The most coveted and pleasing words an ardent job seeker can ever hear is –“We're pleased to offer you a position with us," but all goes in vain when these dreaded words slay the excitement, "We unfortunately will have to withdraw our offer of employment."
The latest Indian e-commerce company, Grofers revoked the job offers of the students who were placed on campus. Not long before, this year in May, Flipkart deferred job offers to about 15 IIM-A students and because of this event IIM campuses have threatened them to blacklist from recruiting companies. Flipkart was also in the news recently for plans to let go over 700-1000 underperforming employees. But deferring job offers and revoking/withdrawing offers are different.
Another recent example this year would be, L&T Infotech which has withdrawn offer letters from 1,500 students based in South India. Agitated students undertook one-day hunger strike to protest against the corporate giant L&T Infotech. As per them repeated promises of employment were made by the company for 18 months and now they have suddenly decided to revoke their offer.
Prashanth Verma, assistant vice-president, marketing at Grofers, said, “We have revoked 67 offers in total. We are making some strategic changes in the company. We are downsizing because of the market environment and revised growth projections. So, these changes have been made and we are no longer able to give the offers we had made.”
These repeated scenario of retracting jobs by employers have impacted the morale of future job-seekers in the market. So, what do you do when a prospective employer offers you a job but pulls the rug under you?
The legal side of Ignominy
Here is what our legal system has to say on arbitrary decisions taken by companies to withdraw job offers abruptly. As per Section 5 of the Indian Contract Act, 1872-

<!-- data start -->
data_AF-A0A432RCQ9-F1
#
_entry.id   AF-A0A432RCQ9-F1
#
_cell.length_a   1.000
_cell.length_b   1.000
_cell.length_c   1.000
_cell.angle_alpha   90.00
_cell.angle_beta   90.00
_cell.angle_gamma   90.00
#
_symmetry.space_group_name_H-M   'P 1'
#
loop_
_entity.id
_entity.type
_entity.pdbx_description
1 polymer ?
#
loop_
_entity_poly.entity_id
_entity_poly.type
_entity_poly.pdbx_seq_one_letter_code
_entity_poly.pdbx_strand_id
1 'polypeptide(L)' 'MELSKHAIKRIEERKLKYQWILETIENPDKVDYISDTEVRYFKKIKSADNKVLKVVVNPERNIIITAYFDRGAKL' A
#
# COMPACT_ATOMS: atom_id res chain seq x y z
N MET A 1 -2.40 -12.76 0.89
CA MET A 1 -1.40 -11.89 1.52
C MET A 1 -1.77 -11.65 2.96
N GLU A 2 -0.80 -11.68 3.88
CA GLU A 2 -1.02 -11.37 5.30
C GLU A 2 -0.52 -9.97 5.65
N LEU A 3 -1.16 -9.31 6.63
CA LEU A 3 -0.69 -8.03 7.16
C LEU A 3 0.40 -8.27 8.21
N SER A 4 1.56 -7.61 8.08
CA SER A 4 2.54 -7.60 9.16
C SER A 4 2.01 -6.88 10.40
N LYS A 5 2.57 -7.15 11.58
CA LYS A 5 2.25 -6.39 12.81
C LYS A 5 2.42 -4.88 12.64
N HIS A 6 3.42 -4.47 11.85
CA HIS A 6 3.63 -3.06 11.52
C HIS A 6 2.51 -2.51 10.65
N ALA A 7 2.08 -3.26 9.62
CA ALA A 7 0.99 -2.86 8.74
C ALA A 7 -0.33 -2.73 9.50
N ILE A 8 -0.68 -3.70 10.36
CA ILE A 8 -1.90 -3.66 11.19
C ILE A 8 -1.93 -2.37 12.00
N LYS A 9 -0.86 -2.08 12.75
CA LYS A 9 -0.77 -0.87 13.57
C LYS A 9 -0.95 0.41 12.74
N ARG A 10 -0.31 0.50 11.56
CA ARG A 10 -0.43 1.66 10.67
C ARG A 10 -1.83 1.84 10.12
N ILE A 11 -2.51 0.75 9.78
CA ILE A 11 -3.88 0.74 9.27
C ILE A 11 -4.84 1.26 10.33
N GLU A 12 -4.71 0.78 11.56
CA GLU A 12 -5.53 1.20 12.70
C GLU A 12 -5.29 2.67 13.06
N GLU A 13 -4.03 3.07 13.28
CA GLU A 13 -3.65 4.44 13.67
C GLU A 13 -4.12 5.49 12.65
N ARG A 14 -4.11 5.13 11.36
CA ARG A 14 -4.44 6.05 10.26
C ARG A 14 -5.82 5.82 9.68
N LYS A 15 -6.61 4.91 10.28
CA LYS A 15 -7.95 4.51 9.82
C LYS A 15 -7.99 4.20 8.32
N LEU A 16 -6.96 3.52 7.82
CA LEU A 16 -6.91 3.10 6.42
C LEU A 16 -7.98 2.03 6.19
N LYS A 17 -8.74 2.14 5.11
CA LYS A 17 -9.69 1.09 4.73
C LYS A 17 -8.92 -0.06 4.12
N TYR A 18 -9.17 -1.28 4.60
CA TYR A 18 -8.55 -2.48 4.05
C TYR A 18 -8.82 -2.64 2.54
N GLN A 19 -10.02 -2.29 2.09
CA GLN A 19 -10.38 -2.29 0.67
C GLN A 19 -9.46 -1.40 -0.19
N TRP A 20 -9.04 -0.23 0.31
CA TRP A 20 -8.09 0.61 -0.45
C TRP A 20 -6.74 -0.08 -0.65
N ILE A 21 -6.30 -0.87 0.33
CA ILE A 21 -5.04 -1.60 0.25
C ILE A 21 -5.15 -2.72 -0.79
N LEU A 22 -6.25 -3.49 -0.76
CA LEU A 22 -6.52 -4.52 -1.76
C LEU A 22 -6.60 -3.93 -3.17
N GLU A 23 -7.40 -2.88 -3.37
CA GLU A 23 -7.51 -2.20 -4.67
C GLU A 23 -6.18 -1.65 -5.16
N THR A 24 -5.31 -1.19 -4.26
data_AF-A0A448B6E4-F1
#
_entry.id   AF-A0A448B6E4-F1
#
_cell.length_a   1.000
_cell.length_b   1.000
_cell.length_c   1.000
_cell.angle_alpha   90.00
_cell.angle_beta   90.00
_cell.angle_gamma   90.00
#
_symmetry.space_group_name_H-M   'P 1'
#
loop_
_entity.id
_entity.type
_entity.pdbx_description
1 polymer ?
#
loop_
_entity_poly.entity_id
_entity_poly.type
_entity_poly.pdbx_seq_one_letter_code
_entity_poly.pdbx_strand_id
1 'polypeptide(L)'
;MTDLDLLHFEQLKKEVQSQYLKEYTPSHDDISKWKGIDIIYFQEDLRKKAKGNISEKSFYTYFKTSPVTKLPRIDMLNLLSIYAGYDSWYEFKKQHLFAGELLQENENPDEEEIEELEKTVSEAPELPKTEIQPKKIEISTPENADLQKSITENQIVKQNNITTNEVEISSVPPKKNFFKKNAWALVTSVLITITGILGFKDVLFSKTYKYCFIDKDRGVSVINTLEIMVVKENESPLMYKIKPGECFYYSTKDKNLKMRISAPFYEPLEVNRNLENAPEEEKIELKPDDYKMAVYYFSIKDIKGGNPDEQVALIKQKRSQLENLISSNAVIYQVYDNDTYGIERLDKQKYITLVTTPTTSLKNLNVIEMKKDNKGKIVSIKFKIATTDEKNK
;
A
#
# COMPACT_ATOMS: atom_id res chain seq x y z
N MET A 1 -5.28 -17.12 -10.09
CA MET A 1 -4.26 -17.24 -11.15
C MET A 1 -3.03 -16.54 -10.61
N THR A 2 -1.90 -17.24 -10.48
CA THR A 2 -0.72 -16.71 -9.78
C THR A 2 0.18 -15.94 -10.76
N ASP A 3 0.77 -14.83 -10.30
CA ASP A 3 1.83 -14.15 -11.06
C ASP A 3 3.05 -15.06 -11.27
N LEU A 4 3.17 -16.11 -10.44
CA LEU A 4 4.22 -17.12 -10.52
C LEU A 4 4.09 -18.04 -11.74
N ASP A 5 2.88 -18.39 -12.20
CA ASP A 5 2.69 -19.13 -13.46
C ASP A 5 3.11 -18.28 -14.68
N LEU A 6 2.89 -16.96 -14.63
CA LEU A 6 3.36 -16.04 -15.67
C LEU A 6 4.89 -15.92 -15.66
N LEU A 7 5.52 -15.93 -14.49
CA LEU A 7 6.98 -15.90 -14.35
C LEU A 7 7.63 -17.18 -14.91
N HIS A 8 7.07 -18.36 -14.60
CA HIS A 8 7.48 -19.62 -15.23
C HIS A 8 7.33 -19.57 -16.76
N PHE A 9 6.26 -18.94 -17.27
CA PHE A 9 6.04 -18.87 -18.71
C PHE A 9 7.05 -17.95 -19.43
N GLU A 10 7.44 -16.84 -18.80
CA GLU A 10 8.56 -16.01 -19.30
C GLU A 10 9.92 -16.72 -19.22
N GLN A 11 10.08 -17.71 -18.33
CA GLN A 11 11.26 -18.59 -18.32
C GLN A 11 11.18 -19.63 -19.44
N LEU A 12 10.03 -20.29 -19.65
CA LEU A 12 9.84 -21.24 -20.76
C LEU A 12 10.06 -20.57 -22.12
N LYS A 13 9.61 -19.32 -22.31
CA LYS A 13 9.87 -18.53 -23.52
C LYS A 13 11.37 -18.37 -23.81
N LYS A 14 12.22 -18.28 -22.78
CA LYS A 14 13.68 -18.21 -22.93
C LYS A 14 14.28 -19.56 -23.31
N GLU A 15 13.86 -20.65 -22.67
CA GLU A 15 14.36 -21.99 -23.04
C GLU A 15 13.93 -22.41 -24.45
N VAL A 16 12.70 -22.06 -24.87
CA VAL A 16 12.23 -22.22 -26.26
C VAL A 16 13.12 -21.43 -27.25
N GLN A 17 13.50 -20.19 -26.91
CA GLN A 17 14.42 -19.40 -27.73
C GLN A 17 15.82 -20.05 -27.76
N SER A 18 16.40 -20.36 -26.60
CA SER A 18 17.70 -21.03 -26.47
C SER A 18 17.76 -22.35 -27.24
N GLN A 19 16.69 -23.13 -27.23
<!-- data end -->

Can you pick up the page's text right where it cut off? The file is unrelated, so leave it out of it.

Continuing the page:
"A proposal may be revoked at any time before the communication of its acceptance is complete as against the proposer, but not afterwards. —A proposal may be revoked at any time before the communication of its acceptance is complete as against the proposer, but not afterwards."
The job offer once accepted becomes a basic legal contract between you and your new employer and when your employer withdraws that offer then it falls under ‘Breach of Contract’. Normally the contract once made cannot be unilaterally revoked. Only both parties can discharge each other from obligation by novation /accord and satisfaction.
"Acceptance and intimation of acceptance of offer are therefore both necessary to result in a binding contract. In the case of a contract which consists of mutual promises, the offeror must receive intimation that the offeree has accepted his offer and has signified his willingness to perform his promise. When parties are in the presence of each other, the method of communication will, depend upon the nature of the offer and the circumstances in which it is made." Bhagwandas Goverdhandas Kedia vs M/S. Girdharilal Parshottamdas (1966 AIR 543, 1966 SCR (1) 656)
So, if an employer rescinds a job offer, candidates can sue the employer for damages, if losses have been suffered. The court looks into your case and if it finds your contract was breached then it can order your employer to pay you damages or compensation.
How should employers handle rescinded job offers?
From the legal perspective, the employer should notify the individual as soon as it becomes aware of it. Section 6 Of The Indian Contract Act tells us the requisites of revocation of contract. One needs to communicate to other party and if there is lapse of time in accepting the offer then contract can be revoked. Another reason is if acceptor fails to fulfil conditions precedent to acceptance.
Section 6 - “Revocation how made.—A proposal is revoked— —A proposal is revoked—"
- by the communication of notice of revocation by the proposer to the other party;
- by the lapse of the time prescribed in such proposal for its acceptance, or, if no time is so prescribed, by the lapse of a reasonable time, without communication of the acceptance;
- by the failure of the acceptor to fulfil a condition precedent to acceptance; or
- by the death or insanity of the proposer, if the fact of his death or insanity comes to the knowledge of the acceptor before acceptance.”
Therefore, employers should do everything best possible to address the concern of the individual. They should help the employee to find another job inside or outside their company. As repeated rescinding offers might blemish reputation of the company. In future it might be difficult for them to hire bright talents into their company. They need to consider the ramifications of revoking job offers and do whatever to minimize the negative results of the outcome.